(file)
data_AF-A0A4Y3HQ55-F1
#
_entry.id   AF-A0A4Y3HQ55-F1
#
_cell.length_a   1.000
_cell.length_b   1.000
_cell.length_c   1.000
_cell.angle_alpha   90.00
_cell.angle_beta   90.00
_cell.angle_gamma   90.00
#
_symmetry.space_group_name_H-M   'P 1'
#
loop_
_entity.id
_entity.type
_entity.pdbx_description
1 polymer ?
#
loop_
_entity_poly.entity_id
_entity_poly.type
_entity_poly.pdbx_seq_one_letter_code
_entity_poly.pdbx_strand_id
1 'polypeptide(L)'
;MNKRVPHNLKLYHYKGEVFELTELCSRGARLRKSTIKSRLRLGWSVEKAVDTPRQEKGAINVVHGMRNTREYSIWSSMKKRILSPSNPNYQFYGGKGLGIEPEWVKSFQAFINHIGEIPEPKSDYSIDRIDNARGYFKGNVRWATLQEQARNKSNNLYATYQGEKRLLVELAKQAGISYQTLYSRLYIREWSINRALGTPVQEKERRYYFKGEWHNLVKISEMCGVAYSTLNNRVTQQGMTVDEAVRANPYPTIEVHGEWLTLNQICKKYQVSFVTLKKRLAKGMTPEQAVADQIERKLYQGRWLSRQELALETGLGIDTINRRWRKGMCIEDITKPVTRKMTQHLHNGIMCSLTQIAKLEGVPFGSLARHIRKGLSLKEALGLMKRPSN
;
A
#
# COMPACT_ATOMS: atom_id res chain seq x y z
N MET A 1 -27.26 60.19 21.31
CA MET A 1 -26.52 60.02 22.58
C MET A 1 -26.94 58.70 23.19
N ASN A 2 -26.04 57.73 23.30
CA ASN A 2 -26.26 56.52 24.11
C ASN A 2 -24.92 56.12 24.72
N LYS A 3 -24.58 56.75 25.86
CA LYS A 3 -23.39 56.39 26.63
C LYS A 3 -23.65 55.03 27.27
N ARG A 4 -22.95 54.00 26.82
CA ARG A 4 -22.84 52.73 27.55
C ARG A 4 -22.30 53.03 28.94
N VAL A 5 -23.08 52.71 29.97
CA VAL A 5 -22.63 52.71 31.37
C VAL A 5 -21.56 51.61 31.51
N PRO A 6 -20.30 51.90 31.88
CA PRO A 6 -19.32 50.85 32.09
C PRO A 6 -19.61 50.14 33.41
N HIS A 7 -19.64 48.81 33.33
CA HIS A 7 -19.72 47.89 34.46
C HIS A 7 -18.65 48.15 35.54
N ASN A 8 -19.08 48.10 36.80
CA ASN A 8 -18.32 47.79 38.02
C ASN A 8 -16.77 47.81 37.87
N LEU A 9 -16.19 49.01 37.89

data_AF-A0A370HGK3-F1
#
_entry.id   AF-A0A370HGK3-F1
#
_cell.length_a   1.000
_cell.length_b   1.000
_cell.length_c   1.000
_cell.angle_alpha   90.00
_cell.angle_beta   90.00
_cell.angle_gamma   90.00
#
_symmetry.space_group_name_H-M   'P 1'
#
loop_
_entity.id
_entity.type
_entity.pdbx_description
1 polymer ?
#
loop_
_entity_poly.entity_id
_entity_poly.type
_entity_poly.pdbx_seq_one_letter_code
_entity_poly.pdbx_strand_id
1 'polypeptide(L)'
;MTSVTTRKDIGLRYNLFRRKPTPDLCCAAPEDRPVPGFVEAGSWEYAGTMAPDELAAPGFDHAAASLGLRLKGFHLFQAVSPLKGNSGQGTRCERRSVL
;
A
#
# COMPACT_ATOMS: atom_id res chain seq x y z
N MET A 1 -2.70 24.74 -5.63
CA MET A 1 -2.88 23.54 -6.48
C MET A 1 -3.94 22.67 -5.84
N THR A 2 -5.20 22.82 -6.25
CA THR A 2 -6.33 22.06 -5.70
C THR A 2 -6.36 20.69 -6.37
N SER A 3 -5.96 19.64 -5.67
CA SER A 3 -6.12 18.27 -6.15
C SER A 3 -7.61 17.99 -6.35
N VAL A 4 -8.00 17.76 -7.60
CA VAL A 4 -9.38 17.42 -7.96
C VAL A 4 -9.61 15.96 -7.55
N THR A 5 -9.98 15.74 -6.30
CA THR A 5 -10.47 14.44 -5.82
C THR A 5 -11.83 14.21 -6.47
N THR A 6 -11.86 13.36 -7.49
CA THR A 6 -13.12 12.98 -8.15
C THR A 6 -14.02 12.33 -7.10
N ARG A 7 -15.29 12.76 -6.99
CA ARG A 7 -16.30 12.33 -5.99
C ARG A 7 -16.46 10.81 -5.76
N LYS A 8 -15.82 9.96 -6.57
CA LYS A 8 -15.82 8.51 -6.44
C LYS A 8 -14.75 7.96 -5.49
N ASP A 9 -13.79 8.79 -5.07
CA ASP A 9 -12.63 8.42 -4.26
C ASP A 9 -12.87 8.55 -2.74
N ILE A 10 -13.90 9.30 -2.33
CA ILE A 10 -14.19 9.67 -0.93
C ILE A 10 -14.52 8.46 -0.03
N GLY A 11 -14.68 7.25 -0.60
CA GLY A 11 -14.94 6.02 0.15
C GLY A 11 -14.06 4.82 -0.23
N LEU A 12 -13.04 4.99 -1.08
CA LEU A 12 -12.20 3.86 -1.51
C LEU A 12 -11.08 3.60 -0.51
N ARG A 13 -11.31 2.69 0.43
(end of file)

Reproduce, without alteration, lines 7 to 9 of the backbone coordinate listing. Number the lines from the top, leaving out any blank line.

_cell.length_c   1.000
_cell.angle_alpha   90.00
_cell.angle_beta   90.00